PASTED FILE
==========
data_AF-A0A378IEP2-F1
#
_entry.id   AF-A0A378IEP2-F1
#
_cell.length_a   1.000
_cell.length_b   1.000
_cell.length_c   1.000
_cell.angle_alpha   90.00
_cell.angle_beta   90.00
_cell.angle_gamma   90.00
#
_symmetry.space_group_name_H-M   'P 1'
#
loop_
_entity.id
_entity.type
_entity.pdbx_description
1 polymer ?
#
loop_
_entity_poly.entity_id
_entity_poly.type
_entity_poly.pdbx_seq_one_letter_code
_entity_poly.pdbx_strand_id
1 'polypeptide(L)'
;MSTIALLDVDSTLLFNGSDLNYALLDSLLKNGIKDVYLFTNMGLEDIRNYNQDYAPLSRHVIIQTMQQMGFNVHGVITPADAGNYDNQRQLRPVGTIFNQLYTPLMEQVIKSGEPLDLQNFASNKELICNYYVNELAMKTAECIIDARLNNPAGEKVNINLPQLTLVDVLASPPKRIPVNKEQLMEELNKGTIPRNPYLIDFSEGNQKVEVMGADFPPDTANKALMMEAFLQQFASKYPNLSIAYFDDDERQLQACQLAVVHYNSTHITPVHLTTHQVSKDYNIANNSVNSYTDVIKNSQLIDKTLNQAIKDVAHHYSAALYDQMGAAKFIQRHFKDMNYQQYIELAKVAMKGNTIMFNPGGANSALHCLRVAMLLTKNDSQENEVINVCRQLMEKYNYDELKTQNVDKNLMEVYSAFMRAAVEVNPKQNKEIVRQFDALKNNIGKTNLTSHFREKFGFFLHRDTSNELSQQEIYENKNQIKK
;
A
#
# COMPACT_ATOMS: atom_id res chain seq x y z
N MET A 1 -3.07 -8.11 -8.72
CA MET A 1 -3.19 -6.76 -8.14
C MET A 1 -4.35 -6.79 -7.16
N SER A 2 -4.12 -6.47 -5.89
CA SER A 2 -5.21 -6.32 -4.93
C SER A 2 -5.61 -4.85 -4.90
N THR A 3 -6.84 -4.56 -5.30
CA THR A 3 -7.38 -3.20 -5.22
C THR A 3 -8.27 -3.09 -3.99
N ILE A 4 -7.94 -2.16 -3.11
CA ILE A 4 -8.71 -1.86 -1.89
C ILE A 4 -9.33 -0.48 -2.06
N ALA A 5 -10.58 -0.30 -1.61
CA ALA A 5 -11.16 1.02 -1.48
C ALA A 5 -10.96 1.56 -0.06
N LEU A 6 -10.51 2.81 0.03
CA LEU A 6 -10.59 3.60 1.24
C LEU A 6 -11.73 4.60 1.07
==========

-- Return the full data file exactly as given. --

data_AF-A0A378IEP2-F1
#
_entry.id   AF-A0A378IEP2-F1
#
_cell.length_a   1.000
_cell.length_b   1.000
_cell.length_c   1.000
_cell.angle_alpha   90.00
_cell.angle_beta   90.00
_cell.angle_gamma   90.00
#
_symmetry.space_group_name_H-M   'P 1'
#
loop_
_entity.id
_entity.type
_entity.pdbx_description
1 polymer ?
#
loop_
_entity_poly.entity_id
_entity_poly.type
_entity_poly.pdbx_seq_one_letter_code
_entity_poly.pdbx_strand_id
1 'polypeptide(L)'
;MSTIALLDVDSTLLFNGSDLNYALLDSLLKNGIKDVYLFTNMGLEDIRNYNQDYAPLSRHVIIQTMQQMGFNVHGVITPADAGNYDNQRQLRPVGTIFNQLYTPLMEQVIKSGEPLDLQNFASNKELICNYYVNELAMKTAECIIDARLNNPAGEKVNINLPQLTLVDVLASPPKRIPVNKEQLMEELNKGTIPRNPYLIDFSEGNQKVEVMGADFPPDTANKALMMEAFLQQFASKYPNLSIAYFDDDERQLQACQLAVVHYNSTHITPVHLTTHQVSKDYNIANNSVNSYTDVIKNSQLIDKTLNQAIKDVAHHYSAALYDQMGAAKFIQRHFKDMNYQQYIELAKVAMKGNTIMFNPGGANSALHCLRVAMLLTKNDSQENEVINVCRQLMEKYNYDELKTQNVDKNLMEVYSAFMRAAVEVNPKQNKEIVRQFDALKNNIGKTNLTSHFREKFGFFLHRDTSNELSQQEIYENKNQIKK
;
A
#
# COMPACT_ATOMS: atom_id res chain seq x y z
N MET A 1 -3.07 -8.11 -8.72
CA MET A 1 -3.19 -6.76 -8.14
C MET A 1 -4.35 -6.79 -7.16
N SER A 2 -4.12 -6.47 -5.89
CA SER A 2 -5.21 -6.32 -4.93
C SER A 2 -5.61 -4.85 -4.90
N THR A 3 -6.84 -4.56 -5.30
CA THR A 3 -7.38 -3.20 -5.22
C THR A 3 -8.27 -3.09 -3.99
N ILE A 4 -7.94 -2.16 -3.11
CA ILE A 4 -8.71 -1.86 -1.89
C ILE A 4 -9.33 -0.48 -2.06
N ALA A 5 -10.58 -0.30 -1.61
CA ALA A 5 -11.16 1.02 -1.48
C ALA A 5 -10.96 1.56 -0.06
N LEU A 6 -10.51 2.81 0.03
CA LEU A 6 -10.59 3.60 1.24
C LEU A 6 -11.73 4.60 1.07